Dr. Jane Gordon
Symphony Nova Scotia’s new Maria Anna Mozart Award supports the work of Canadian women composers, providing funds for the orchestra to commission and perform a new symphonic work by a Canadian woman every three years.
This award is made possible through the generosity of Halifax resident and longtime Symphony supporter Dr. Jane Gordon. Dr. Gordon taught Sociology and Women’s Studies in Halifax for almost 40 years, and her research has been published in academic journals and books. She is a long-time Symphony Nova Scotia attendee, and has a keen interest in the role of women in classical music.
We talked to Dr. Gordon about the Maria Anna Mozart Award, and why she decided to support it.
What first brought the issue of women composers (or the lack thereof) in classical music to your attention?
I developed and taught a course called Women and Culture at Mount Saint Vincent University, as part of the university’s Women’s Studies program. Women’s Studies helps make visible some of the issues around gender that many people take for granted, and as long as I’ve been teaching, I’ve always been interested in feminist issues.
When my children were older and left home, I decided it was time for me, and I started taking piano lessons in my fifties. And as I was learning, I became interested in women’s role in classical music. And you know what? There weren’t a lot of women composers. There were a few whose names were well known, like Fanny Mendelssohn or Clara Schumann, along with some 20th century composers – but beyond that, there was very little available.
So I began to do some research, combining my piano lessons and my academic frameworks. I studied the syllabi of the two major Canadian conservatories. I analyzed the classical music performed on CBC Radio 2. I studied lists of classical recordings and releases. And what I found is that the lack of women composers is a problem across all these levels, and that it’s a vicious cycle. Music by women composers isn’t being taught, so it isn’t being learned. And because it’s not learned, it’s not played, or recorded, and that means it isn’t heard – and then it isn’t taught. And the cycle continues.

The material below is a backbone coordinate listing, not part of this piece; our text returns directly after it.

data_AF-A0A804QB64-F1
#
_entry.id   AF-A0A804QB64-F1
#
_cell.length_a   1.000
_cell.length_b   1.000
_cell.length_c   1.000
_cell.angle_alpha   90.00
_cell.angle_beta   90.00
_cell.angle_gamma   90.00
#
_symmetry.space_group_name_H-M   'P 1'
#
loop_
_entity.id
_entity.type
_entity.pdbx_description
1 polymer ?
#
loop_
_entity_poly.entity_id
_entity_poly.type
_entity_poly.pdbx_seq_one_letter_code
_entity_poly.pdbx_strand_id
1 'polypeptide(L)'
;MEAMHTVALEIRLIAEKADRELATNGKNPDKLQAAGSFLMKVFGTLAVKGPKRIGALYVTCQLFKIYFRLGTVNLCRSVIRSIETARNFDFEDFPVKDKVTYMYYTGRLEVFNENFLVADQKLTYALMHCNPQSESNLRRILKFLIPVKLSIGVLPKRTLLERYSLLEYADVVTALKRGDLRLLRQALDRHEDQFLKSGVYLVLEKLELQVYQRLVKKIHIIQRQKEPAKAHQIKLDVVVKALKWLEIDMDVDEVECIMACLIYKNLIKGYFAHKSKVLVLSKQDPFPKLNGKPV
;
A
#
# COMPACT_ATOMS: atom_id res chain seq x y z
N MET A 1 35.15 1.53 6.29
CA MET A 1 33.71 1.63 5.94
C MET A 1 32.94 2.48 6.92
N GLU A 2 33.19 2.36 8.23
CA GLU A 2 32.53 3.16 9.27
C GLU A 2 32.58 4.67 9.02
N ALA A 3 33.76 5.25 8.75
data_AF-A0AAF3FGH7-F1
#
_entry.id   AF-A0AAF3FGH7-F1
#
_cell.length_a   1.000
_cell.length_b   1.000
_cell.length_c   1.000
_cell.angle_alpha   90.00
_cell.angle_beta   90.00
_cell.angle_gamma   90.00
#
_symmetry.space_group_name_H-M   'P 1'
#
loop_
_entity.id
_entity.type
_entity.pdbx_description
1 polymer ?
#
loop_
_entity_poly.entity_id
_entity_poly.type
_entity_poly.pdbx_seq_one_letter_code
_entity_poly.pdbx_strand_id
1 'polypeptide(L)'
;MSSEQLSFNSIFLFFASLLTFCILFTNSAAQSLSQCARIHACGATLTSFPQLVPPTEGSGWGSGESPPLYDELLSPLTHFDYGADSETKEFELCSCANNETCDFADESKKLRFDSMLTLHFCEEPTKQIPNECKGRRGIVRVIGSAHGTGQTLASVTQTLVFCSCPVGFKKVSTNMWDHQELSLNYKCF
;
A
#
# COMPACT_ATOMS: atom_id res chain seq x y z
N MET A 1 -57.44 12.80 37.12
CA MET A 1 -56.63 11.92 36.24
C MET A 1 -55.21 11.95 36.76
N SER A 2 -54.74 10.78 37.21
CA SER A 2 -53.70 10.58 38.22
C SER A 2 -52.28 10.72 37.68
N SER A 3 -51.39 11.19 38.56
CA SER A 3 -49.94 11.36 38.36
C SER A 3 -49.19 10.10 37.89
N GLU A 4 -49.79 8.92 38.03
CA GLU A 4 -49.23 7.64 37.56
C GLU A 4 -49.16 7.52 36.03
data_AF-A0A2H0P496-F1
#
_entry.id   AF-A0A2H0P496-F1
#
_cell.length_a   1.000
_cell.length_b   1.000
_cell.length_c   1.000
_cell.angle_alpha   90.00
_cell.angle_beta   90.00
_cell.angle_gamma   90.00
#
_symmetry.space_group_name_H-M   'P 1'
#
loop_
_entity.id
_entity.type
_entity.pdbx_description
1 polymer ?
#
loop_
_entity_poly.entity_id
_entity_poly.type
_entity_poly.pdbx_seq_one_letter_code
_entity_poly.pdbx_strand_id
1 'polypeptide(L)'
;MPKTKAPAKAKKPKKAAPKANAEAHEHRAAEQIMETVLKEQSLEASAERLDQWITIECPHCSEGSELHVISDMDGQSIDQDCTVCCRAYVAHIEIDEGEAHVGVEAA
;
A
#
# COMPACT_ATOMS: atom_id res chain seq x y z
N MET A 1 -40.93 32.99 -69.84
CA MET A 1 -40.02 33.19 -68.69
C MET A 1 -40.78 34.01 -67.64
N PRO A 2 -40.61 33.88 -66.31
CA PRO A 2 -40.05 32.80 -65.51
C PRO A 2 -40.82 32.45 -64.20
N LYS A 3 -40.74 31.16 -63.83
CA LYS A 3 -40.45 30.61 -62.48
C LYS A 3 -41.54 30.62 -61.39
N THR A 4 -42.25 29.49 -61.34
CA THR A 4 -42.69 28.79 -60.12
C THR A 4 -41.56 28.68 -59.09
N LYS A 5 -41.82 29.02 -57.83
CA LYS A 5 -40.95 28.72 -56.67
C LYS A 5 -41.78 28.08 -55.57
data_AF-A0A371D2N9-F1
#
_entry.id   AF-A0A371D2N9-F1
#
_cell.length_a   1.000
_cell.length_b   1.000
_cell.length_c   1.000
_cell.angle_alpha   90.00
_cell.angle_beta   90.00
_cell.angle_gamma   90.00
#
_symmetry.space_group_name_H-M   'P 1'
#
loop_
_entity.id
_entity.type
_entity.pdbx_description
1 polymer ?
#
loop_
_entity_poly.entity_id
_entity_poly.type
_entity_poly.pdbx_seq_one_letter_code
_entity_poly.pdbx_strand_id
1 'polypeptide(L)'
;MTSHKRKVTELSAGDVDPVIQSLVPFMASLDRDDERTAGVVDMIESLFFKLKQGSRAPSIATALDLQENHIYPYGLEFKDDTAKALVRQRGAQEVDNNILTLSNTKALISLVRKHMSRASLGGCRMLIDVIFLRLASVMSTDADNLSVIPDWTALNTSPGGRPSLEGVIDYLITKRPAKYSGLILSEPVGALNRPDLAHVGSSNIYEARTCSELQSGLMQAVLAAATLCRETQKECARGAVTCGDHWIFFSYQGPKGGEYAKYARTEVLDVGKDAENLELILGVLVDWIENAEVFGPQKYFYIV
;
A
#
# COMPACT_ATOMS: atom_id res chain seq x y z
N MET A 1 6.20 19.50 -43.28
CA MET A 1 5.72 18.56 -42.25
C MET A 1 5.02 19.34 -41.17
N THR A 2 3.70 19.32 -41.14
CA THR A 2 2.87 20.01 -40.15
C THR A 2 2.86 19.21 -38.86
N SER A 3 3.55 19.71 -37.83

What inspired you to do something about the problem?
Over the years I’ve attended a lot of symphony concerts, and I’ve never heard pieces by women. I knew it was an issue, and people I’d talked to felt the same way.
My husband and I had always enjoyed concerts together, and he died in 2005. One day that summer, I was sitting around at home, feeling miserable – when all of sudden I got the idea to commission a piece by a woman in his memory. I remember that day so clearly, because I’d been so unhappy, and suddenly I was so excited.
I approached Symphony Nova Scotia with the idea, and together we commissioned a new work from Canadian composer Elizabeth Raum called Halifax Harbour. Symphony Nova Scotia premiered Halifax Harbour in January 2008 to great success, and after that it was performed in Ottawa and Thunder Bay, and in April 2017 it will be performed in Ottawa and Toronto. It’s not always common for new Canadian music to get that kind of exposure, and I thought, how can we carry this on further?
My first thought was, well, when I die, I’ll give the Symphony some money for this purpose. But then I realized that I don’t have to wait until I die – I can do it now! Then I get to experience the fun of it.
This is a very small step, but it’s something I can do. And it makes me feel happy too, because I care about the Symphony, and I care about women’s work.
In your opinion, why are women composers under-represented in the classical music “canon”? What factors have helped perpetuate that problem over the years?
It’s very hard to be exposed to music by women composers, because it’s not often taught or recorded or performed. The music is out there – the Grove Dictionary of Women Composers is 500 pages long – but the music itself is very difficult to find. And when music teachers aren’t familiar with it, their students aren’t either, and when those students become professional musicians or music directors, they don’t perform it. Again, it’s a vicious cycle.
I think part of the problem is that we’ve all absorbed the dominant culture, and we think that women’s compositions can’t be good, if they haven’t been prominently recognized and performed. We forget that a lot of the people we consider great composers now weren’t always respected in their lifetimes, either. Many of us have seen the film Amadeus, which shows how when Mozart was alive, Antonio Salieri’s work was much more popular. But today, Salieri’s music isn’t often played, and Mozart is recognized as the great composer of his time.